“We enjoy doing the craft shows and, plus, just being out with people,” Puckett said.

Cadiz resident Tammy Cothran, who came on both Friday and Saturday, noted that it was wonderful to have the festival back this year.

She enjoys the vendor booths and the food and especially liked the car show this past weekend with its old cars and motorcycles.

“I love it,” Cothran noted. “I just love everything about the ham festival.”

Melinda Rathmann came with her grandchildren, who liked the rides, and one man who preferred not to give his name said he likes everything the festival offers.

“I hope they do it every year,” he said.

Angel Burden of Leitchfield set up her booth downtown displayed with the Rada knives she sells, eager for another year at the festival.

She’d set up her Rada Knives for You booth for the first time in 2019 and was looking forward to returning before the pandemic.

Burden did well with her sales two years ago and said she was impressed with the number of people who visited her booth this past weekend.

“I personally think they’re the best knives, and most of my customers think they’re the best knives you can get,” Burden noted.

Over at the Helping Hands tent, Phil Graham awaited the arrival of the world’s largest ham and biscuit, urging festival-goers to enjoy the ham festival. . . and to come get a biscuit.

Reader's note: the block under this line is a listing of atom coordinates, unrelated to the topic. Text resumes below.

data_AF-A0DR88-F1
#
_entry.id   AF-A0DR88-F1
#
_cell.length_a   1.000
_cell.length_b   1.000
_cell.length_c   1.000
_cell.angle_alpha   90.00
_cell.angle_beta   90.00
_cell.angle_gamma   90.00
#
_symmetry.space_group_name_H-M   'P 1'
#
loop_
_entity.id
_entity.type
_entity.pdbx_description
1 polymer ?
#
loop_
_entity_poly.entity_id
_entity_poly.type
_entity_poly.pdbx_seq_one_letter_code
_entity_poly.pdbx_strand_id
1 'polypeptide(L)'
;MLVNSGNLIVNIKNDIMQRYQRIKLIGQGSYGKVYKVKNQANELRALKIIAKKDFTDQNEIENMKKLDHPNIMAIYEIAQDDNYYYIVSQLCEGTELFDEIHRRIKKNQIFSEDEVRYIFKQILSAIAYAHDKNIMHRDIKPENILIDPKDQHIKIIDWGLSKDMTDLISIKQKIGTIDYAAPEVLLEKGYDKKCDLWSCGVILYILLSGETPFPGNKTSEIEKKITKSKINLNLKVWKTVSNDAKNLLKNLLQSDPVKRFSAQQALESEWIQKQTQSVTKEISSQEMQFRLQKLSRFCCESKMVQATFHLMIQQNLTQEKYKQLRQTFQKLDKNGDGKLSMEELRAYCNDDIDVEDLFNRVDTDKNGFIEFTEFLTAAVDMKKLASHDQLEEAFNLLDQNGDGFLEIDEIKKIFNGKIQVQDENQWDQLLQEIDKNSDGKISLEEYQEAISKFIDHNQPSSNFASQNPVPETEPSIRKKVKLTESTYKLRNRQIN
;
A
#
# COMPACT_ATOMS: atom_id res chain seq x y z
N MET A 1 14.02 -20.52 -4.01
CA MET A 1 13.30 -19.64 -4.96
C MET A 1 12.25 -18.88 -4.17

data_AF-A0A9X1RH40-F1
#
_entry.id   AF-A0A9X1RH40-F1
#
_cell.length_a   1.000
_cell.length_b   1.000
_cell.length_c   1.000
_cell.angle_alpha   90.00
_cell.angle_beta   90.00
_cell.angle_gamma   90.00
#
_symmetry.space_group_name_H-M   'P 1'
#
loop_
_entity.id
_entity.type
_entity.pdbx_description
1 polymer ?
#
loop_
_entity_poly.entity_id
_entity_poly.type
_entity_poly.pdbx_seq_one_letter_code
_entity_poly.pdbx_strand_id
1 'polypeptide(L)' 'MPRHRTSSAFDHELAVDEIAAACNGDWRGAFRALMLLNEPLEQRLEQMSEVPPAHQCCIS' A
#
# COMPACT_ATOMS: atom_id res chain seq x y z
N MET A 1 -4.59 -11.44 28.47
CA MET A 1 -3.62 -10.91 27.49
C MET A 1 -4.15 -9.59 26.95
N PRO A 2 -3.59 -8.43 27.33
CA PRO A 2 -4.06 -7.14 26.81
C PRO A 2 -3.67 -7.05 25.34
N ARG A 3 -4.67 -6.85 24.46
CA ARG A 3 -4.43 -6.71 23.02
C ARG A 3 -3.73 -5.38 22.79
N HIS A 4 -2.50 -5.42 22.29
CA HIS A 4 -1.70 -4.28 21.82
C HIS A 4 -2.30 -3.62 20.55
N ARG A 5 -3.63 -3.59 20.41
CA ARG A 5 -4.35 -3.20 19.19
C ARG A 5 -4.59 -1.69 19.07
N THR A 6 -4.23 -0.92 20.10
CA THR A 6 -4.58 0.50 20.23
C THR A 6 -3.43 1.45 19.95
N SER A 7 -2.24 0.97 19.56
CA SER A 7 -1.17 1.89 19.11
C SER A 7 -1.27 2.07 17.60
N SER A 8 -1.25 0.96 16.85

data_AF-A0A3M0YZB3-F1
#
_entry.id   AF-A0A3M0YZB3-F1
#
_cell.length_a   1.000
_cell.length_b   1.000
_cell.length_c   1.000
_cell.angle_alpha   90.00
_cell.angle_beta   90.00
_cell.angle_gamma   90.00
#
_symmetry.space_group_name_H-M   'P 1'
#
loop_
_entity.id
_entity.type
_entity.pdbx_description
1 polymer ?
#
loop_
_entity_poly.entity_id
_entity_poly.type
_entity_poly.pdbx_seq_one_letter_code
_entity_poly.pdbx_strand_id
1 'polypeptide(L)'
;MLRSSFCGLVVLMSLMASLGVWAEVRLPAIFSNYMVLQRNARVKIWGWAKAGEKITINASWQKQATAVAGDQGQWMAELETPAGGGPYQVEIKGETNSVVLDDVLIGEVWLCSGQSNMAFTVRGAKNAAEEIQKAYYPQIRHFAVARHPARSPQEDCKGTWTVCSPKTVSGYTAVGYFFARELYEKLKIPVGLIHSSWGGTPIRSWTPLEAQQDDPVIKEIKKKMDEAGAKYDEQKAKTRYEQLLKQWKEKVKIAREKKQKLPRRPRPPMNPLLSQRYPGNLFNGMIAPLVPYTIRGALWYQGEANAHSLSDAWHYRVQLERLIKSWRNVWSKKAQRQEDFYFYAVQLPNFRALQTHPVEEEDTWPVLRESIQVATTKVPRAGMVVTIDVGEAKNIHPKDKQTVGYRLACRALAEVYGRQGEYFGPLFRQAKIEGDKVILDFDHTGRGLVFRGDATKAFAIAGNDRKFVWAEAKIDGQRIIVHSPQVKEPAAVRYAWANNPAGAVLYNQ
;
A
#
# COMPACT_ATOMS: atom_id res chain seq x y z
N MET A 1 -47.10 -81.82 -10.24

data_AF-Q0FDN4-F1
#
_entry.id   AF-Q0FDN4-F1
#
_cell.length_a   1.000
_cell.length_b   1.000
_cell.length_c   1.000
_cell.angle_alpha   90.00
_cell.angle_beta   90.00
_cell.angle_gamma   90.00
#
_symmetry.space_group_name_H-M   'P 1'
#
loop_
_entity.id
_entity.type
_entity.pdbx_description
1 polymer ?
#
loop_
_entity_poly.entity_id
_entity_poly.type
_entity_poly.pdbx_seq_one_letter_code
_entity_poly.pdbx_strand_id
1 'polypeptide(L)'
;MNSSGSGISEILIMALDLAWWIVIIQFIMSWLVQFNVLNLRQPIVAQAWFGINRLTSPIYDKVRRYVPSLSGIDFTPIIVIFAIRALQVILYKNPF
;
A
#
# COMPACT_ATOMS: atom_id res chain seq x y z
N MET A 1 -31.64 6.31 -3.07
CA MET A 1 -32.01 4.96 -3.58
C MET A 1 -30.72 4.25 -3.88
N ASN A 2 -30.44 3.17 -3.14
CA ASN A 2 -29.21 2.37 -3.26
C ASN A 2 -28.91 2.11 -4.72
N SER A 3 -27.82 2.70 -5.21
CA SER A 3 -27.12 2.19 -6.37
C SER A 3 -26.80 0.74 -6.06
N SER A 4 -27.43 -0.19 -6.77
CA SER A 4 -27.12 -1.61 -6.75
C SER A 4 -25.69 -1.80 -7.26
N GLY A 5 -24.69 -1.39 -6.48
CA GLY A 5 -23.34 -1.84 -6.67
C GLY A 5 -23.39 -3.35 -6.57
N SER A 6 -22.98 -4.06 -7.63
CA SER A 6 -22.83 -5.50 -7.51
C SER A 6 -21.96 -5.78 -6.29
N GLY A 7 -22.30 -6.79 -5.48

On Saturday morning, it was organized chaos at the tent, according to Graham.

He said people were having to re-learn things that they’d forgotten after baking the famed biscuit at the festival two years ago.

Rick Bragg, “the gentleman driving the forklift” that takes the biscuit in and out of the oversized oven, was new to the job this year.

“We hope he won’t drop the biscuit where it doesn’t go,” quipped Graham, who serves on the Helping Hands board of directors.

But all went well, and in 2021,the ham festival’s hungry visitors got their biscuits.

Reach Tonya S. Grace at 270-887-3240 or tgrace@kentuckynewera.com.

Parrent, Fowler honored with festival awards
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Thursday morning saw the community kick off the 45th Annual Trigg County Country Ham Festival with an awards presentation at the Renaissance Stage in downtown Cadiz, two long years since its last festival.

A small crowd of supporters assembled to listen as Cadiz Mayor Todd King revealed the honorees.

His voice broke as he shared the attributes of Casey Parrent, the recipient of the festival’s inaugural Spirit of Cadiz Award and again, as he announced the name of Kerry Fowler, the city’s retired public works director who received the Marvin Broadbent Jr./George Bleidt Spirit of the Ham Festival Award.